Members Conference: More and More (day two)

As is so often the case in Open Space, day two was lots of work, but longer, deeper sort of wave to surf. At least that is my sense of it. The challenge for me? Refining all day my pulsation between facilitation and participation, pulsing too between projects inside and outside of the network. It’s PeaSoup, chunks and flow at once.

The ‘official’ program was ‘scheduled’ to end at 5:30pm with the conclusion of a short ‘evening news’ session, but I think the news went on for an hour more than that… then we ordered pizzas, broke out various video projects for a ‘movie night’. Many of us ended up sitting around our main meeting room until after midnight, making plans for one of our teams to visit and support Theresa Williamson’s Catalytic Communities in Rio de Janeiro.

Theresa and I will convene a session tomorrow to explore ways that her work in squatter communities down south and my work on the Small Change News blogging center might mutually support each other. A number of other intriguing connections and conversations opened today, as well.

Most powerful thing I heard today? A quote from David Boorstin (sp?) who said something to the effect that every social entrepreneur, anyone who really is living and working at the leading edge of change, must necessarily absorb a tremendous amount of failure, testing always, as we do, the limits of what is possible now. I would add that if we are lucky, we also absorb a good share of love, joy and power. The practice seems all about expanding heart to pump more and more of these latter three back out into the world.

Appreciating Open Space

This from Rose Vines blogging the Members’ “More and More” conference that’s running here in Open Space this weekend:

I’m starting to understand the permissive wisdom of Open Space. Can’t say I thought about it much before the conference, but I am so thoroughly enjoying the way this is all happening. (Thanks, Michael.) There’s no compulsiveness about start/stop times; or staying in one group (love the concept of butterflies and bumble bees who cross-pollinate between discussions). And so what I’m discovering is that the discussions never stop…just keep going through lunch, in hallways…morphing as people pass by and drop in a comment. Huge, huge amounts of interconnectedness, repetition (in a really useful sense), common underpinnings to diverse topics. Members Conference: More and More (day one)

Just finished cleaning up the contents page of our conference proceedings, after the first of three days in Open Space with Omidyar friends gathered here in Chicago.

Aside from handling facilitation and hosting matters, my own conversations focused primarily on alternative currencies, markets and credit, looking at the possibility of mutual or community-based credit (as opposed to commercial or institutionally extended credit). The attraction is that mutual credit systems rely on webs of relationships rather than interest payments. Much to digest before I can say more. I’ll try to ground some of today’s learning in next steps for Small Change News Network in a session I’ve posted for tomorrow.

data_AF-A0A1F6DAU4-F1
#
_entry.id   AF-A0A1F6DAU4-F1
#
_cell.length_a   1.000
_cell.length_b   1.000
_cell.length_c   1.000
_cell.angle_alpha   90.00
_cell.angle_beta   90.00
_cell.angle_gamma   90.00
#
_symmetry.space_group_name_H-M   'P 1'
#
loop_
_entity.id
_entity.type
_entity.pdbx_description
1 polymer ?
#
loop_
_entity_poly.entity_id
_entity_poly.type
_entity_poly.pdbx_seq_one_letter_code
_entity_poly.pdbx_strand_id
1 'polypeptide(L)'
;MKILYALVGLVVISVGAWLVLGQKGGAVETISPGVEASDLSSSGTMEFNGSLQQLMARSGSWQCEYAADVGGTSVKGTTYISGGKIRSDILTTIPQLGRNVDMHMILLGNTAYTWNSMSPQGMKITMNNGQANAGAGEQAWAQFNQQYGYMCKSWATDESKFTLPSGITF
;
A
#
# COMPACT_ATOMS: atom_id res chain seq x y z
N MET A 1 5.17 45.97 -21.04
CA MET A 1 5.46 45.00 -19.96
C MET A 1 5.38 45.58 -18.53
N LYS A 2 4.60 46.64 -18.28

Most fascinating proposition of the day, given my recent studies of China and world currency markets, is the explanation that the real reason for going to war in Iraq and Afghanistan was to gain/maintain greater control over the flow of oil to China. Why? Because they are a tremendous economic wildcard, we can’t control their fiscal, monetary or currency market activities, but if we can manage the oil spigot, we can speed or slow their economy to better serve the American economic interests. In this context, the Chinese bid for Unocal looks like a real shot across the bow.

Most remarkable thing here is the simultaneity of well-informed global scope and really down-and-dirty practical action in so many different localities around the world. More than any place I’ve ever been, there is a palpable, credible sense of “we can do this,” no matter what. The whole of our work seems to be powered by a tremendous, yet unassuming, generosity. Yum! Members: More and More (pre-conference)

Today is the first day of a the first-ever Members’ capacity building conference. I had dinner last night with a group old (online) friends who’d never seen each other before. We are from Boston, Chicago, Denver, California, Oz via New Orleans, Brazil, Germany, New York, Vancouver, and someplace else so far. We have others coming from Africa and elsewhere. We didn’t pick delegates, that’s just where we all happen to come from.

We are, as a group, doing all kinds of different things, amazing things really, “so that more and more people discover their power to make good things happen.” We are meeting these next three days, in Open Space, to have make more of all the good this group is already doing. You can read more and more about Omidyar Network and this conference. Time to go facilitate! Will report more and more later today…

Goal-Free Living: Inviting Movement

Steve Shapiro is just putting the finishing touches on his newest book, Goal-Free Living: How to Have the Life You Want NOW. Goal-Free doesn’t mean no goals, it means not trapped by goals and targets that don’t move and adapt as life ebbs and flows.

I was lucky enough to be interviewed for the book and have a few good stories showing up there. The excitement last night was making the seeds of a plan to use OpenSpaceTech to support readers in making connections and growing practice groups. Next month we’ll spend a day working out four invitations to seed a Goal-Free movement.

For more, see the book and the blog and Oprah’s magazine in November. It’ll be in stores for New Year’s Day.

Currents of Mind

Got this little survey from ChrisCorrigan

You’re stuck inside Fahrenheit 451, which book do you want to be?